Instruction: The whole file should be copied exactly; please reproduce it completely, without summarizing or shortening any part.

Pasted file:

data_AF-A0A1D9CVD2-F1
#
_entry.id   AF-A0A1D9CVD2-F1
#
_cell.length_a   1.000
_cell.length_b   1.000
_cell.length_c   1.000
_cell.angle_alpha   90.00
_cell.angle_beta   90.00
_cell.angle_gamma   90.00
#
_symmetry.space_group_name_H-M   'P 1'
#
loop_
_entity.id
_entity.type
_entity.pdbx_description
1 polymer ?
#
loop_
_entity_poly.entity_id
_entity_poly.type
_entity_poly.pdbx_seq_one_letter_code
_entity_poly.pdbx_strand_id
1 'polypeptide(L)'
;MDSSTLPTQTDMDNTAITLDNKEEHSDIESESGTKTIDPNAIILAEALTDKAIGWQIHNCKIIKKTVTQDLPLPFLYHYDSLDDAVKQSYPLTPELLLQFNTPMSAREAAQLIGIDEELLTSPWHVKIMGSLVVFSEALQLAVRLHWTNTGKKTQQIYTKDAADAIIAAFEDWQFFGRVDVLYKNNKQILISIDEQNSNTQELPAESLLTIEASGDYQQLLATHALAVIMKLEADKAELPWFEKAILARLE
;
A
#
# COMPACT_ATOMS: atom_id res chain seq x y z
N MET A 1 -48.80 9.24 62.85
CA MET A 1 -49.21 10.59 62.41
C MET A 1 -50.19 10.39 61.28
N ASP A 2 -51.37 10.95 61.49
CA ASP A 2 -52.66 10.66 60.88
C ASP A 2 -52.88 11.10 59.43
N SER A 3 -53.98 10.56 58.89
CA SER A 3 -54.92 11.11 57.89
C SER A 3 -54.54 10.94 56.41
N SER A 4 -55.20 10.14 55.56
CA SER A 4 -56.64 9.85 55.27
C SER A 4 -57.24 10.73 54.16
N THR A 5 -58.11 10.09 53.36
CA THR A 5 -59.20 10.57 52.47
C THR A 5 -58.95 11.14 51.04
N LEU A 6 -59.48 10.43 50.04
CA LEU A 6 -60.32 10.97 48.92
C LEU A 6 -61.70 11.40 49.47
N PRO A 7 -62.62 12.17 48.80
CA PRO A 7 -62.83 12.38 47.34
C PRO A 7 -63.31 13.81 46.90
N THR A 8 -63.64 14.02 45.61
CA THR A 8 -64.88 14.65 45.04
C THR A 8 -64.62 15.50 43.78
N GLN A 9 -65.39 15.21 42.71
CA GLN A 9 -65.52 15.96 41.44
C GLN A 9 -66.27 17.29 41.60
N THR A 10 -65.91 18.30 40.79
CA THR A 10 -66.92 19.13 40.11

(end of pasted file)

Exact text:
data_AF-A0A1D9CVD2-F1
#
_entry.id   AF-A0A1D9CVD2-F1
#
_cell.length_a   1.000
_cell.length_b   1.000
_cell.length_c   1.000
_cell.angle_alpha   90.00
_cell.angle_beta   90.00
_cell.angle_gamma   90.00
#
_symmetry.space_group_name_H-M   'P 1'
#
loop_
_entity.id
_entity.type
_entity.pdbx_description
1 polymer ?
#
loop_
_entity_poly.entity_id
_entity_poly.type
_entity_poly.pdbx_seq_one_letter_code
_entity_poly.pdbx_strand_id
1 'polypeptide(L)'
;MDSSTLPTQTDMDNTAITLDNKEEHSDIESESGTKTIDPNAIILAEALTDKAIGWQIHNCKIIKKTVTQDLPLPFLYHYDSLDDAVKQSYPLTPELLLQFNTPMSAREAAQLIGIDEELLTSPWHVKIMGSLVVFSEALQLAVRLHWTNTGKKTQQIYTKDAADAIIAAFEDWQFFGRVDVLYKNNKQILISIDEQNSNTQELPAESLLTIEASGDYQQLLATHALAVIMKLEADKAELPWFEKAILARLE
;
A
#
# COMPACT_ATOMS: atom_id res chain seq x y z
N MET A 1 -48.80 9.24 62.85
CA MET A 1 -49.21 10.59 62.41
C MET A 1 -50.19 10.39 61.28
N ASP A 2 -51.37 10.95 61.49
CA ASP A 2 -52.66 10.66 60.88
C ASP A 2 -52.88 11.10 59.43
N SER A 3 -53.98 10.56 58.89
CA SER A 3 -54.92 11.11 57.89
C SER A 3 -54.54 10.94 56.41
N SER A 4 -55.20 10.14 55.56
CA SER A 4 -56.64 9.85 55.27
C SER A 4 -57.24 10.73 54.16
N THR A 5 -58.11 10.09 53.36
CA THR A 5 -59.20 10.57 52.47
C THR A 5 -58.95 11.14 51.04
N LEU A 6 -59.48 10.43 50.04
CA LEU A 6 -60.32 10.97 48.92
C LEU A 6 -61.70 11.40 49.47
N PRO A 7 -62.62 12.17 48.80
CA PRO A 7 -62.83 12.38 47.34
C PRO A 7 -63.31 13.81 46.90
N THR A 8 -63.64 14.02 45.61
CA THR A 8 -64.88 14.65 45.04
C THR A 8 -64.62 15.50 43.78
N GLN A 9 -65.39 15.21 42.71
CA GLN A 9 -65.52 15.96 41.44
C GLN A 9 -66.27 17.29 41.60
N THR A 10 -65.91 18.30 40.79
CA THR A 10 -66.92 19.13 40.11